I did actually get the midi to work on my ST with that keyboard. I got "Music Studio" from Activistion, which supported MIDI. I also had a music theory class in college around this time, so I was applying what I learned in class to Music Studio and the keyboard, and tried some "compositions".

 

Since moving to PC, I found MIDI on PC to be more 'temperamental' when it was basically plug and play on the ST. I have a cheap MIDI USB cable that I swear can't synchronize notes correctly- I tried with multiple devices and software packages.

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Ha, I bought a cheap USB -> MIDI cable to see if I could get ScummVM to work on the Amiga with MIIDI out. Never had much luck. It detected it was there, but then wouldn't load the device driver for ScummVM to see it. I still intend on doing the same on my Falcon (though don't need the USB -> MIDI cable for obvious reasons).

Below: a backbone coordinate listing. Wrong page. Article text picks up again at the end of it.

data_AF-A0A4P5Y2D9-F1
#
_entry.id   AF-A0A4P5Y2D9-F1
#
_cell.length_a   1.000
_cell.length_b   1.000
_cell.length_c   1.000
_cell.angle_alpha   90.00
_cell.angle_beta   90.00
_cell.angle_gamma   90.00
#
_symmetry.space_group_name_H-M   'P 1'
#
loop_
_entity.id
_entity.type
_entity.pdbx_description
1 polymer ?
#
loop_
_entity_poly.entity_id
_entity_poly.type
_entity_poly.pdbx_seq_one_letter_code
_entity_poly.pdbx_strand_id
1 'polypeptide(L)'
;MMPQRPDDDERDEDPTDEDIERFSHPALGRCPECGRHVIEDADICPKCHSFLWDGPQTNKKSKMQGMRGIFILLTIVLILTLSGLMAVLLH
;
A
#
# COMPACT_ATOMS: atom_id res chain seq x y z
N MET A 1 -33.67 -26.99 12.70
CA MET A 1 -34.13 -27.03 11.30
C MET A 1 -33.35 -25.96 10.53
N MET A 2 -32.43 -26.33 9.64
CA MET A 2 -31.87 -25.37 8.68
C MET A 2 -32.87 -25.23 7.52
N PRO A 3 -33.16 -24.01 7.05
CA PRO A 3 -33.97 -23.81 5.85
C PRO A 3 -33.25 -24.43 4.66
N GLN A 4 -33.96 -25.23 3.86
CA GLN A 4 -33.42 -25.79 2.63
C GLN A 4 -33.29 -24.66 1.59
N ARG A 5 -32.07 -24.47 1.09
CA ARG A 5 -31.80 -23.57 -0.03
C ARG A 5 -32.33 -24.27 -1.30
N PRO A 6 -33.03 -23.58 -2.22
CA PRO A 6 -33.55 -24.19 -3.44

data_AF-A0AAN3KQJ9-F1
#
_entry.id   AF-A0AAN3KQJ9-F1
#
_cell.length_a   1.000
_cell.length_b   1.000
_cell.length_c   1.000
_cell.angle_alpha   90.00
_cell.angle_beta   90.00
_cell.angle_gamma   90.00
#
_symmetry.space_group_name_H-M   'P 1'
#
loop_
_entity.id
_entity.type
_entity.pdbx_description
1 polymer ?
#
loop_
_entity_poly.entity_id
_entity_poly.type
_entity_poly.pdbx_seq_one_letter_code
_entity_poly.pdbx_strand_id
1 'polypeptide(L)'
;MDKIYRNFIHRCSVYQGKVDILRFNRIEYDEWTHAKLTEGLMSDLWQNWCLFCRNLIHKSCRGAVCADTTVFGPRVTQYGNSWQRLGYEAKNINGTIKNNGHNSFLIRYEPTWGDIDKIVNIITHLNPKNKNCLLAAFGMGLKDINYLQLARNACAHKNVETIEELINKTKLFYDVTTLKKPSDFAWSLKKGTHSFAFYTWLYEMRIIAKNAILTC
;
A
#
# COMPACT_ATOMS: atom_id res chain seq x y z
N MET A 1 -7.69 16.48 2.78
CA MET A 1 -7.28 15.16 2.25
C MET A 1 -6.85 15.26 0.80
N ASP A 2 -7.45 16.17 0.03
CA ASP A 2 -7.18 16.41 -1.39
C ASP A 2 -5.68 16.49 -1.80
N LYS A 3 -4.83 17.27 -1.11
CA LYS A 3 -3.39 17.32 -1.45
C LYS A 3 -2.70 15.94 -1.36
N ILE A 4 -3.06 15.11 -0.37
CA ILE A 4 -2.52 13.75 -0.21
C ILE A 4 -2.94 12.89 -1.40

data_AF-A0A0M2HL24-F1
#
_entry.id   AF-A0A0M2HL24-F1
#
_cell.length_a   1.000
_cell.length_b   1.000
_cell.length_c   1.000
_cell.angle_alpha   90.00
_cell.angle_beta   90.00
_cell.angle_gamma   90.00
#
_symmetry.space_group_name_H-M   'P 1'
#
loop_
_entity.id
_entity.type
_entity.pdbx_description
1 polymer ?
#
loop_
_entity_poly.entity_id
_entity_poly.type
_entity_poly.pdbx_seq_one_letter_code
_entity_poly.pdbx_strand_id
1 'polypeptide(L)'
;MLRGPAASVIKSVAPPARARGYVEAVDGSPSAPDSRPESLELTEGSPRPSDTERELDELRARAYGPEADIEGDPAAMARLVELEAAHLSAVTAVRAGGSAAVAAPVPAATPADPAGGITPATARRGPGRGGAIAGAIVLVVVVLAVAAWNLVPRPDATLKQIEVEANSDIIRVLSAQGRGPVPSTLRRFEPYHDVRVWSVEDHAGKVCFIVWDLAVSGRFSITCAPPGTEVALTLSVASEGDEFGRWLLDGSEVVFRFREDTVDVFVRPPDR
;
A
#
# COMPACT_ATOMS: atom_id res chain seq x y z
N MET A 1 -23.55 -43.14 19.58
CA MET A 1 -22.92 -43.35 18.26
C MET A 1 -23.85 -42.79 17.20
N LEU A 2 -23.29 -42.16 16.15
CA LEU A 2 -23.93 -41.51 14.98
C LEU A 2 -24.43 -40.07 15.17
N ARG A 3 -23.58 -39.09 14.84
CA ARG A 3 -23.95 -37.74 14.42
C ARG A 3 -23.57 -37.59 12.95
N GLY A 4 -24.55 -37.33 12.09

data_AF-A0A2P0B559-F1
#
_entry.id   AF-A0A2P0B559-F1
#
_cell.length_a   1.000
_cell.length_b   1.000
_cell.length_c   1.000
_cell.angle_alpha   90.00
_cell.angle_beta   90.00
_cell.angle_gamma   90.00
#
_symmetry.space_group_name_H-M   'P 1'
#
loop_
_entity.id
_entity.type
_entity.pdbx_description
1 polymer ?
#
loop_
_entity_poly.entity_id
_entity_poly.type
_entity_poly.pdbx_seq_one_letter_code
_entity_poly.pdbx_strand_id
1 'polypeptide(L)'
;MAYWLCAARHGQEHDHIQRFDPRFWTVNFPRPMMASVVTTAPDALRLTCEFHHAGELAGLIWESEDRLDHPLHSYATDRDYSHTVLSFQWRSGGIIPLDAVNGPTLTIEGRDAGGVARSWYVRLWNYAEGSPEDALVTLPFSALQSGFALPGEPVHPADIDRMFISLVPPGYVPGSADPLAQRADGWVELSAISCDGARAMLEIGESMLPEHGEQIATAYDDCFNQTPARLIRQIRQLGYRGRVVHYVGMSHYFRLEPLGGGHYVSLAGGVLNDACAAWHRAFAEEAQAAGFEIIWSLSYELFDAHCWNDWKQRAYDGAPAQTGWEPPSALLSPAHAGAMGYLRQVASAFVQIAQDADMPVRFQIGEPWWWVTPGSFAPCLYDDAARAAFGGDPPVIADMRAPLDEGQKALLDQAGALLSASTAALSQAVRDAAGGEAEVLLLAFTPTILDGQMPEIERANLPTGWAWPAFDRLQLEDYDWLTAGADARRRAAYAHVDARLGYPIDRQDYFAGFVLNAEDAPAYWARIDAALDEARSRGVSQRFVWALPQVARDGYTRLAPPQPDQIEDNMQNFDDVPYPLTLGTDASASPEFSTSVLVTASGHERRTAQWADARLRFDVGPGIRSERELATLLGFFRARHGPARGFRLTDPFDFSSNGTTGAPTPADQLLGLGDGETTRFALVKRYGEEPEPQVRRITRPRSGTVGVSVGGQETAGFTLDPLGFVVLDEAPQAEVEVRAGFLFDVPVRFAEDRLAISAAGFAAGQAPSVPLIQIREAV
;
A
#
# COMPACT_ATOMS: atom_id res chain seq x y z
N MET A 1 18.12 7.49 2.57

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Ha, I bought a cheap USB -> MIDI cable to see if I could get ScummVM to work on the Amiga with MIIDI out. Never had much luck. It detected it was there, but then wouldn't load the device driver for ScummVM to see it. I still intend on doing the same on my Falcon (though don't need the USB -> MIDI cable for obvious reasons).

 

LOL, If it's the same USB->MIDI, it will never sound good even if you do get it to work. :) It just loses data or something. Notes play but may never switch off for instance, and the song soon sounds like a mess. I used to have a SoundBlaster card that did external midi flawlessly, but todays mobos integrate sound but not MIDI, so USB is the only way to go.

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So, at long last (or something), here's the aforementioned "U4ST32" Roland MT-32 configuration for the Atari ST version of Ultima IV.

 

http://www.symphoniae.com/atari/U4ST32.ZIP

 

The SysEx data has been encapsulated in a Standard MIDI File, allowing some transmission flexibility over a straight SysEx dump, while also regulating playback speed (necessary for both the LCD text animation timing, and to prevent potential RX buffer overflow in 1.x MT-32 units). Additional notes of relevance are in the READ.ME file.